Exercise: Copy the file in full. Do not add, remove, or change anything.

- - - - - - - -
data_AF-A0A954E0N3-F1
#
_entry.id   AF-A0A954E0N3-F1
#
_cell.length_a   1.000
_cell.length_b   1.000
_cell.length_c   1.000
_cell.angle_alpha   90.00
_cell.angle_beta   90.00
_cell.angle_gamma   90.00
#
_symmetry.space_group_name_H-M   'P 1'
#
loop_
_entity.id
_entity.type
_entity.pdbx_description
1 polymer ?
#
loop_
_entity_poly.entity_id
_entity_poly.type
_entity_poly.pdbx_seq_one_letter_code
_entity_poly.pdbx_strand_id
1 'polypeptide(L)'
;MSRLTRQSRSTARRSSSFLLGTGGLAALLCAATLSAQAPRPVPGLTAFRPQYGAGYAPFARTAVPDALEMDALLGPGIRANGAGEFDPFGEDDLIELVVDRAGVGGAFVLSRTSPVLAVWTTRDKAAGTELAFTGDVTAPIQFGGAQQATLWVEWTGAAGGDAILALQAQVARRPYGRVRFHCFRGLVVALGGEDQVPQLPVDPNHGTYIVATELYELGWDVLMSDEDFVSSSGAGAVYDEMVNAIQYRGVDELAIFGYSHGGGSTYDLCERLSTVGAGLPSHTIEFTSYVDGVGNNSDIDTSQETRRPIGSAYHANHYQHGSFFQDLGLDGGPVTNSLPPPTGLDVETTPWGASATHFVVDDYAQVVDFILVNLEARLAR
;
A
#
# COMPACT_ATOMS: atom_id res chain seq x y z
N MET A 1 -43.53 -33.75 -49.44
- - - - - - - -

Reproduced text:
data_AF-A0A954E0N3-F1
#
_entry.id   AF-A0A954E0N3-F1
#
_cell.length_a   1.000
_cell.length_b   1.000
_cell.length_c   1.000
_cell.angle_alpha   90.00
_cell.angle_beta   90.00
_cell.angle_gamma   90.00
#
_symmetry.space_group_name_H-M   'P 1'
#
loop_
_entity.id
_entity.type
_entity.pdbx_description
1 polymer ?
#
loop_
_entity_poly.entity_id
_entity_poly.type
_entity_poly.pdbx_seq_one_letter_code
_entity_poly.pdbx_strand_id
1 'polypeptide(L)'
;MSRLTRQSRSTARRSSSFLLGTGGLAALLCAATLSAQAPRPVPGLTAFRPQYGAGYAPFARTAVPDALEMDALLGPGIRANGAGEFDPFGEDDLIELVVDRAGVGGAFVLSRTSPVLAVWTTRDKAAGTELAFTGDVTAPIQFGGAQQATLWVEWTGAAGGDAILALQAQVARRPYGRVRFHCFRGLVVALGGEDQVPQLPVDPNHGTYIVATELYELGWDVLMSDEDFVSSSGAGAVYDEMVNAIQYRGVDELAIFGYSHGGGSTYDLCERLSTVGAGLPSHTIEFTSYVDGVGNNSDIDTSQETRRPIGSAYHANHYQHGSFFQDLGLDGGPVTNSLPPPTGLDVETTPWGASATHFVVDDYAQVVDFILVNLEARLAR
;
A
#
# COMPACT_ATOMS: atom_id res chain seq x y z
N MET A 1 -43.53 -33.75 -49.44